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article imageCongressman Charles Rangel Just Doesn't Quit

By Debra Myers     Sep 15, 2008 in Politics
Rep. Charles Rangel has seen his name blazed in headlines, not for the good things that he's done, but rather for his ineptness at handling his monetary affairs. This time, his name has made the headlines for taking luxurious trips on lobbyist monies.
New York - One would think that after investigations by the House Ways and Means Committee and the House Committee on Standards of Official Conduct that Rep. Charles Rangel, 78, would tow the line and keep his business affairs on the up and up. Not so. Yesterday, his name was again splashed across the front of New York Post and on other news sites as far away as Tacoma, Washington.
For nearly ten years, Rangel has taken free trips to luxurious Caribbean destinations thanks to lobbyist from corporations like Pfizer and Macy's, who funnelled their sponsorship monies through a New York-based Caribbean newspaper. Usually, Rangel disclosed these trips on his income taxes, however it's been learned that he didn't abide by the new rules on lobbyist-financed travel which had been introduced in 2007.
The House Committee on Standards of Official Conduct changed the rules last year in an effort to curb such free trips that were paid for "in any part by a lobbyist" or major corporation. In order to accept any privately paid-for free trips, all members of Congress has to request permission first. If, there is any sign of funding by lobbyists, permission would be denied.
Last November, Rangel didn't heed the new rules, and accepted a free trip to Sandals Grande Resort and Spa in Antigua and Barbuda without requesting permission. AT&T, HSBC, Sandals and Pfizer were listed as "sponsors" of the conference, which was organized by a group called NY Carib News Foundation. In his 2007 federal filing on the trip, Rangel listed the Carib News Foundation, but failed to disclose that the trip was financed by corporations.
This November, a conference is set to take place at the beautiful Sonesta Maho Beach Resort on the island of St. Maarten. Rangel is to be one of the guests of honor, yet he hasn't requested permission to take the trip.
Rangel isn't the only one that hasn't disclosed the junkets under these new rules. Several other Democratic lawmakers are guilty of the same and have yet to disclose their trips to last year's conference on their 2007 filings.
"This appears to be an improper off-the-books junket that violates the new House travel rules," said Ken Boehm, the chairman of the National Legal and Policy Center, a watchdog group based in Virginia. "You can't go on a trip financed in any part by lobbyists."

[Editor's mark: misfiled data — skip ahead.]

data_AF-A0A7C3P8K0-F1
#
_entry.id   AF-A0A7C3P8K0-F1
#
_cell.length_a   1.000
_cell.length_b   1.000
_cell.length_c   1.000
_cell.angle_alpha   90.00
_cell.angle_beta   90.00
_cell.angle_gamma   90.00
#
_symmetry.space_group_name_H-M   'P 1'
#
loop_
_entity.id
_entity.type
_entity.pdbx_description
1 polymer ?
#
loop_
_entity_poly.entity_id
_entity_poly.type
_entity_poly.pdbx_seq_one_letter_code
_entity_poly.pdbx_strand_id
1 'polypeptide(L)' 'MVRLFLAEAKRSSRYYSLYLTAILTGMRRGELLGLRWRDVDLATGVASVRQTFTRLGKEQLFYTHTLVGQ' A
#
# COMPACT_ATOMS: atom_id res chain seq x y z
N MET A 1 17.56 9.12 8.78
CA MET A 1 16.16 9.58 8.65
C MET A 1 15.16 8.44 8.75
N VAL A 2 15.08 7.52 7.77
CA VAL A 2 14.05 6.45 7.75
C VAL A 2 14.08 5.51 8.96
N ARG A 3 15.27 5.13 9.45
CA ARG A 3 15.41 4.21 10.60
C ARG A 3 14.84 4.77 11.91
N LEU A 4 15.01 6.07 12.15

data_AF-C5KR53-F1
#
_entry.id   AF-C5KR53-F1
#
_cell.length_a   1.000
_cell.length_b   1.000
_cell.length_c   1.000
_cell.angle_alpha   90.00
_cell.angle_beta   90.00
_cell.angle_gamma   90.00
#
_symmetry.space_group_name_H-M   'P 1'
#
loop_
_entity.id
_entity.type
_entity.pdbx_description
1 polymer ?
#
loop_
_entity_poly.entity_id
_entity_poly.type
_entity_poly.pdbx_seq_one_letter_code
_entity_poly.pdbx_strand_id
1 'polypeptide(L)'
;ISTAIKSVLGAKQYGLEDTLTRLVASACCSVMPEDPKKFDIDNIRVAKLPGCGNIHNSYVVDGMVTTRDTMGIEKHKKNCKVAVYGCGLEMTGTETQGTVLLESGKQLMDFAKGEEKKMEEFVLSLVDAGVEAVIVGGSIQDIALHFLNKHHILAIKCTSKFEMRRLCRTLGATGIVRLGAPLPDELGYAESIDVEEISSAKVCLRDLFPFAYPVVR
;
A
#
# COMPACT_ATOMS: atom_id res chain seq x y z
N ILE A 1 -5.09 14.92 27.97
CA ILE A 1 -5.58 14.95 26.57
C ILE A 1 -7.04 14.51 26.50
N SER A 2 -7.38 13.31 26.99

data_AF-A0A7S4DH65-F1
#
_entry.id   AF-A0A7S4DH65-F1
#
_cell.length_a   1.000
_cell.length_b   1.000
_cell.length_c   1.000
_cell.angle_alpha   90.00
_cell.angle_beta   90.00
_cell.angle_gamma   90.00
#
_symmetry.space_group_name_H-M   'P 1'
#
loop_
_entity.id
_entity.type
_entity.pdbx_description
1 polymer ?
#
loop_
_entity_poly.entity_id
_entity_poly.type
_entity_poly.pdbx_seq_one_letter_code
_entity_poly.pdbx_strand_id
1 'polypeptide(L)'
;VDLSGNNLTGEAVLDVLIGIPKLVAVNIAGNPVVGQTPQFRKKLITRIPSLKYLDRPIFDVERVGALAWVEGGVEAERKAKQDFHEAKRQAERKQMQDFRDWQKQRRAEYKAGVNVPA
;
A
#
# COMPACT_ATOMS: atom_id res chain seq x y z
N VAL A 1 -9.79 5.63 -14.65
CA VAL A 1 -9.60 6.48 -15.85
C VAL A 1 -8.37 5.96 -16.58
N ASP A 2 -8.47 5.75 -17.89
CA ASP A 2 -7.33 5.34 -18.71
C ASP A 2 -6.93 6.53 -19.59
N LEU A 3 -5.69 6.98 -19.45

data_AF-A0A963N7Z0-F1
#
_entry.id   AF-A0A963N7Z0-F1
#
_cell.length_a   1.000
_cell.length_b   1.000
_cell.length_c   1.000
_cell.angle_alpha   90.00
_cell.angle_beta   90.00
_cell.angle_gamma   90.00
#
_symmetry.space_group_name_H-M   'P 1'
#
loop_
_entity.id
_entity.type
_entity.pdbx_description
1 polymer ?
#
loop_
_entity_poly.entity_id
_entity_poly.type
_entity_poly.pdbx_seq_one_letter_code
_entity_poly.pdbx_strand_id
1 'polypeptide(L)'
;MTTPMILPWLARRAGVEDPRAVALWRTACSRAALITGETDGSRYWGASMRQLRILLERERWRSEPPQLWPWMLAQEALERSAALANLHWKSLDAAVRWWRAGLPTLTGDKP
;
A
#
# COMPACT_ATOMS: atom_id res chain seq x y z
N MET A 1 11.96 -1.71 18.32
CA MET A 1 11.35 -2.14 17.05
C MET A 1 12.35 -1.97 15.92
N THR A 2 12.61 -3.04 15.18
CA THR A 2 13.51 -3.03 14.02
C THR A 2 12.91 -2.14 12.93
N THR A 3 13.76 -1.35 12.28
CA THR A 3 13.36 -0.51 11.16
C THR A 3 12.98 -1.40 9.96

As if this information isn't shocking in itself, the tax-writing House Ways and Means Committee found more proof that Rangel hasn't played by the rules. The Committee learned that Rangel failed to report about $75,000 in rental income over two decades from a beach villa he owns in the Dominican Republic; he owes about $5,000 in back taxes to the government; he never knew he paid no interest on the villa’s mortgage for more than a decade.
Interestingly enough, it's now that the Ethics Committee is beginning to inspect Rangel's personal and professional affairs. Even though Rangel has admitted his mistakes, he's still out there making even more. Here's a recap:
> He claimed that his three NYC apartments were 'rent subsidized', when in fact they are 'rent stabilized'.
> Rangel claims that there was a problem with understanding the Spanish-spoken language at the beach villa, which confused him. He and his lawyers repeatedly said the price of the beach villa was $82,750. Yet, in a letter to House Speaker Nancy Pelosi, D-Calif., Rangel cited a price of $88,900. Asked about the discrepancy a day later, aides said they weren’t sure of the origin of the higher figure.
> Some years he reported income from the villa and other years he did not, claiming that he hadn't paid attention to the details of the property. As it is, Rangel is late filing his financial information to Congress, which is the norm for him.
The irony is that here Rangel is doing the opposite of the very tax laws that he authored. Having been red flagged because of improper behavior regarding finances both personally and professionally, eyes are now on Rangel and he needs to tow the line and abide by the rules.
But will he?
More about Rangel, Money problems, Congressman
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